For those who might be concerned that I've veered off into an analysis of the weather rather than The Weather, it should be pointed out that Goldsmith has claimed he would prefer to have a "thinkership" rather than a "readership." This is an understandable, even generous, position given the density and content of his books. I know some people who actually make a point of reading each of his works all the way through, and while such voluntary labor may offer the challenge of an intensive aesthetic experience, it's certainly not necessary to read Goldsmith's works in order to use them as a springboard for conversations about form, language, or sociality. Take Traffic (Make Now Press, $16.50). It's fitting that this book comes adorned with a photograph from the famed filmmaker Jean Luc Godard's Week-End, since the incredible traffic jam at the beginning of that film so vibrantly resonates with gridlock described within the book:
Well, you were talking about gridlock, well, I'll tell you, we've had reports of some really, uh, serious gridlock on those cross streets uptown between the, uh, 90s and the 120s. Gridlock conditions north of the 96th Street checkpoint, causing motorists to sit for literally hours on those, uh, roadways so, uh, carpool or walk if possible, but again, this is going to be a major mess.
Godard's traffic, ultimately, is a critique of Fordism: the long shot, panning over miles of tedious bourgeois boredom, is clearly analogous to an assembly line. Godard's argument is that the assembly line is the real of the traffic jam, that behind the tedious honking and milling about lies not the weekend rush, but the assembly line as form of labor, and form of life. In Traffic, Goldsmith retools this for a 21st-century America that has all but abandoned automobile manufacturing. The real of the traffic jam may still be the assembly line, but that assembly line, increasingly, has been outsourced.

Therefore, like The Weather's projection of Iraq, Traffic projects beyond national borders. The simulacra of American life are revealed and reframed by their imaginary relationship to global life, to the fact that the real of our global dominance does not reside within the American spectacle, but can be gleaned through a close reading of this cover-up. Paradoxically, images of global life and labor can be glimpsed in the very spectacular apparatuses which create the imaginary relationships that attempt to hide or erase this global other.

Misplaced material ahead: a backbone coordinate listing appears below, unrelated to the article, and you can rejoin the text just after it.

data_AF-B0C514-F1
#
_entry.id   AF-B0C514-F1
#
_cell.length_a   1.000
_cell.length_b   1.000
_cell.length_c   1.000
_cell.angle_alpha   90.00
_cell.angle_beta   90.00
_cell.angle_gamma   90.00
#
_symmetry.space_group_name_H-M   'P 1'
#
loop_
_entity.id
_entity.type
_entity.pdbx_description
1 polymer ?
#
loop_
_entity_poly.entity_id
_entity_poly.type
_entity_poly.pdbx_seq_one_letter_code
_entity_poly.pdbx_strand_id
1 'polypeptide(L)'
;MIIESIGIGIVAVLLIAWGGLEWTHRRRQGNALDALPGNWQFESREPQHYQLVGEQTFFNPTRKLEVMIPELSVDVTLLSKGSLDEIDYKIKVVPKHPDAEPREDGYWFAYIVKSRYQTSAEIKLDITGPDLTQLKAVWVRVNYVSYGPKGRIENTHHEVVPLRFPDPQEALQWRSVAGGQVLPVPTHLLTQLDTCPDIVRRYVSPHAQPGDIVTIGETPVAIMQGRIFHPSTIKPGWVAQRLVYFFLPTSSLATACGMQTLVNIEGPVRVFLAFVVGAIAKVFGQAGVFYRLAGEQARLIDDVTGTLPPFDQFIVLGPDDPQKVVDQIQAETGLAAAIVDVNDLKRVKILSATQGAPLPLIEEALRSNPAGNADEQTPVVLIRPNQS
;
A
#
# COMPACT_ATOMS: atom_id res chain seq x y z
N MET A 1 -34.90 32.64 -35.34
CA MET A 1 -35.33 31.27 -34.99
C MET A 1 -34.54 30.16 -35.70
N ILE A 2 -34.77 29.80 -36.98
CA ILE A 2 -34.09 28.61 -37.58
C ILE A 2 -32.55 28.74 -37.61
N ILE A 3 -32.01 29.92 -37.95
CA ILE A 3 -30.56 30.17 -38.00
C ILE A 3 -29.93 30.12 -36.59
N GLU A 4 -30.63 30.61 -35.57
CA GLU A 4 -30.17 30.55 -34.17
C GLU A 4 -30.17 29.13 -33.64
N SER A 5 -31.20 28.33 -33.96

Sports (Make Now Press, $16.50) maybe the most "American" book of all; it's also, in some ways, the strangest. First of all, despite its generic titling, the transcription is of a baseball game and the cover image is a photograph from a basketball game. So already we know that the subject is not baseball per se, but sports as a cultural phenomenon and discourse. Secondly, the back cover announces that in the average baseball game, there is only eight minutes of actual game-time, meaning that much spare time must be filled by the chatter of the commentators. This excessive speech is a goldmine for Goldsmith, who simply lets it speak its own truth. The masculinity and prowess of professional athleticism, when converted into language, becomes a string of loopy non sequiturs and advertising lingo, the bumbled pseudo-conversations made only to ward off the threat of dead air. Dead air, here, is key. Radio stations take great pains to avoid those awkward moments when silence reveals the emptiness of the frequency.

Goldsmith's whole American Trilogy can be read in this sense. On the one hand, these books are revelations of the spoken word, in all its imperfections. On the other hand, the imperfections are revealed as the ground upon which speech is possible-the dead air that underlies all radio broadcasts also underlies our conversations about the weather, traffic, sports, and yes, poetry. The nullity of the stutter proves to be the basis of the statement, and the mundane surfaces of our culture prove to belie their undersides. Read these books, or don't read these books-either way, The Weather, Traffic, and Sports offer a space for an aesthetic experience with the everyday, a concrete reminder to think and rethink the place of art and language contemporaneously.